Born in Fairfax, Virginia, Henry Schreiber spent his childhood in the suburbs of Washington DC, the mountains of West Virginia, and the gulf coast of Florida. After receiving his MFA from the University of Central Florida, Schreiber established a studio on a family farm in the Appalachian Mountains. Following his two years of learning the ways of the groundhog; he packed up his studio and moved to Charlotte, NC. Schreiber’s fascination with marmots or groundhogs, as they are more commonly known, originated with his move to the “Con Place”, the family farm settled six generations ago in Ashe County, North Carolina. Groundhog spotting from the front porch has been a shared family pastime that he fell into without any hesitation and has inspired his recent series of Marmot paintings. Henry is heavily influenced by the artworks of Peter Paul Rubens, Eugene Delacroix, Thomas Cole and Henry Fuseli and by fusing classical imagery with passions and vicissitudes of the contemporary world, Schreiber creates images that are riddled with both overt and subtle humor. These paintings are intended to illuminate the futility of guilt and frustration we encounter in the struggle for identity and meaning by arousing laughter, indignation, curiosity, and finally recognition.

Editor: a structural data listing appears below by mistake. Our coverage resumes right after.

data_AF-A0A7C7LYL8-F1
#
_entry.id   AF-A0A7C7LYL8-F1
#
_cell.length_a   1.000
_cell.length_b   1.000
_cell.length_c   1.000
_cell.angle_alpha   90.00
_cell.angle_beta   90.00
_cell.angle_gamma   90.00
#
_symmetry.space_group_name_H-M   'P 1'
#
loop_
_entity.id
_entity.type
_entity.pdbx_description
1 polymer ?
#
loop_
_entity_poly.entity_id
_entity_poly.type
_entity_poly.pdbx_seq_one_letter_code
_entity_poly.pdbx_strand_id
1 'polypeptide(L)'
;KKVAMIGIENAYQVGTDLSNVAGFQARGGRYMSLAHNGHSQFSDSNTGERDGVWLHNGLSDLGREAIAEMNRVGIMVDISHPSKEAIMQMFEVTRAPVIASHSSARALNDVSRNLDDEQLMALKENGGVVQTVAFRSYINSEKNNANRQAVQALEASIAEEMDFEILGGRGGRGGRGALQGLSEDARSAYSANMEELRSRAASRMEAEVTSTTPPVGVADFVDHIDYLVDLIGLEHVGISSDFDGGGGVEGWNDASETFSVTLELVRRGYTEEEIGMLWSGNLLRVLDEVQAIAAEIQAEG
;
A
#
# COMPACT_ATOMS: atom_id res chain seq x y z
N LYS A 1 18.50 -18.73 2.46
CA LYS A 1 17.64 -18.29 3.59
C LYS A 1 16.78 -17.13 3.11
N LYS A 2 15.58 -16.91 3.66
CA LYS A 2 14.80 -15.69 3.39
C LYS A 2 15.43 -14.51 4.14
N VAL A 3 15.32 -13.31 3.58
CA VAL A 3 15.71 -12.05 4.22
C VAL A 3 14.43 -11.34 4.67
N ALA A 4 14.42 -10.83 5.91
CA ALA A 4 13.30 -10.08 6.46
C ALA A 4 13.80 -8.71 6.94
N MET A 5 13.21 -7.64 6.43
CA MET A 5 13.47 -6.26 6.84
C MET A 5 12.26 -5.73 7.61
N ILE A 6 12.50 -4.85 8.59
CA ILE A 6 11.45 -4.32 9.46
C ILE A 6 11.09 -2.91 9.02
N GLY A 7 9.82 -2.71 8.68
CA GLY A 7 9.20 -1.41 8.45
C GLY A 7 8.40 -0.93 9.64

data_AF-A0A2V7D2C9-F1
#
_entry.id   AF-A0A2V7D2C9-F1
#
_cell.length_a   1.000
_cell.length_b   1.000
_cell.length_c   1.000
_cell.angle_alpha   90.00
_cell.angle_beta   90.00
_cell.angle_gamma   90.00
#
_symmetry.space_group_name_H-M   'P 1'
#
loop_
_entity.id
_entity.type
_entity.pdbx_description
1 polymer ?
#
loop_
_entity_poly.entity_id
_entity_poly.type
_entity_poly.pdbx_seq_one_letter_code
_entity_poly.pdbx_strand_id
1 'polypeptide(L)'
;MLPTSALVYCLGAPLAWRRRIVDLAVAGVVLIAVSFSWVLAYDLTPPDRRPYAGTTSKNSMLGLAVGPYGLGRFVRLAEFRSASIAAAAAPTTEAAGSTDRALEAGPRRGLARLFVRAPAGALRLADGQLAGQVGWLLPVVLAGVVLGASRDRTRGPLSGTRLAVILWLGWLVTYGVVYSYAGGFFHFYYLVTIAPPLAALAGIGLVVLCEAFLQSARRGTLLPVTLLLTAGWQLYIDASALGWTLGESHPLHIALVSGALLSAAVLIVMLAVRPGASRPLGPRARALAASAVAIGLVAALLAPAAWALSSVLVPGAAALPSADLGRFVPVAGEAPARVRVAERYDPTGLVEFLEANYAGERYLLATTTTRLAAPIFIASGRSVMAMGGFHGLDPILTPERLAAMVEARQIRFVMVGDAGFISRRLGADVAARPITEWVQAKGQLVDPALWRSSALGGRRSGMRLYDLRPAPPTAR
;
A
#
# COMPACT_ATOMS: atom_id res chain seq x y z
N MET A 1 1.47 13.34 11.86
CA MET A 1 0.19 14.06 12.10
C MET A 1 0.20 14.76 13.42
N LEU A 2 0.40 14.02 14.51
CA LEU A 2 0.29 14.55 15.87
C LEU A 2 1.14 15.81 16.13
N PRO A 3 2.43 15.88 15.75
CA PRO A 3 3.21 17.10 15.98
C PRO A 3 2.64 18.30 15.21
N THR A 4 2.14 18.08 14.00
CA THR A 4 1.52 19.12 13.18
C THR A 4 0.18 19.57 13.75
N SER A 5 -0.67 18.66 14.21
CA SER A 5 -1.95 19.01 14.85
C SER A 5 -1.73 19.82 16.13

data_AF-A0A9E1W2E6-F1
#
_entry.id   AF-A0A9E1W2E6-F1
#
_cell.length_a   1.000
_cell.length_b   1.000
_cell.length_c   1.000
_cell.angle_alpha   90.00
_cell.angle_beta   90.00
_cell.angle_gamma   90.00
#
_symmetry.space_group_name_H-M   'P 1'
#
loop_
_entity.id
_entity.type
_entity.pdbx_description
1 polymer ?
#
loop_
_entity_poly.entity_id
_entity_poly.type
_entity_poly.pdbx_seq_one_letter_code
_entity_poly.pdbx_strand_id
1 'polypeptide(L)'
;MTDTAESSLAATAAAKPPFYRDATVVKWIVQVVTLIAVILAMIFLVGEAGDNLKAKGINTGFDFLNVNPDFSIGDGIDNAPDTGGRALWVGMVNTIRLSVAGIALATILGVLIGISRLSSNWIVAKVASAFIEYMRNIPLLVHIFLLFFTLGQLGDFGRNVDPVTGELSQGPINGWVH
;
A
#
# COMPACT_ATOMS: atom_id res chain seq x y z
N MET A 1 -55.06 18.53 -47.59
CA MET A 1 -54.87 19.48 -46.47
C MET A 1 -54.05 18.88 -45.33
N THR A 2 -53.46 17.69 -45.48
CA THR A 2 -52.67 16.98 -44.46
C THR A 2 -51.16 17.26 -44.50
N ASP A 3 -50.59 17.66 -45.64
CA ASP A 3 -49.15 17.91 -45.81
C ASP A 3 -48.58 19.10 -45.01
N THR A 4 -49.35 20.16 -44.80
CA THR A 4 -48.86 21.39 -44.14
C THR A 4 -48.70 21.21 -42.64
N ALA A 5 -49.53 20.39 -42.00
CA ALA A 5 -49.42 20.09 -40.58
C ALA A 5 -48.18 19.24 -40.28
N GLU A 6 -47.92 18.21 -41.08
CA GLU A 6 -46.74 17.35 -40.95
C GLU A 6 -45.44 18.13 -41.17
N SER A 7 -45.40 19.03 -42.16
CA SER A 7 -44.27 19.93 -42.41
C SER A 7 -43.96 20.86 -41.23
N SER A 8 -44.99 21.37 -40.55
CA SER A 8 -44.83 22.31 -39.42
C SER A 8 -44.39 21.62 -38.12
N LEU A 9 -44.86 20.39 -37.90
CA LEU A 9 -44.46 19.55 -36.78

On his art process:
“Whenever I show my process to members of my family, they tell me I shouldn’t show anyone any of my early layers – they look sort of like kindergarten style finger paintings. I usually start with an underpainting that looks like an abstracted cloud of what I want to paint. From there, I think about how I want to build the characters, experimenting with poses and expressions. I like to think of it a lot like sculpting. This particular practice grew from a lot of trial and error. I don’t know if this approach is for everyone, but it seems to work with how my brain works.” – Henry Schreiber (Modern Eden)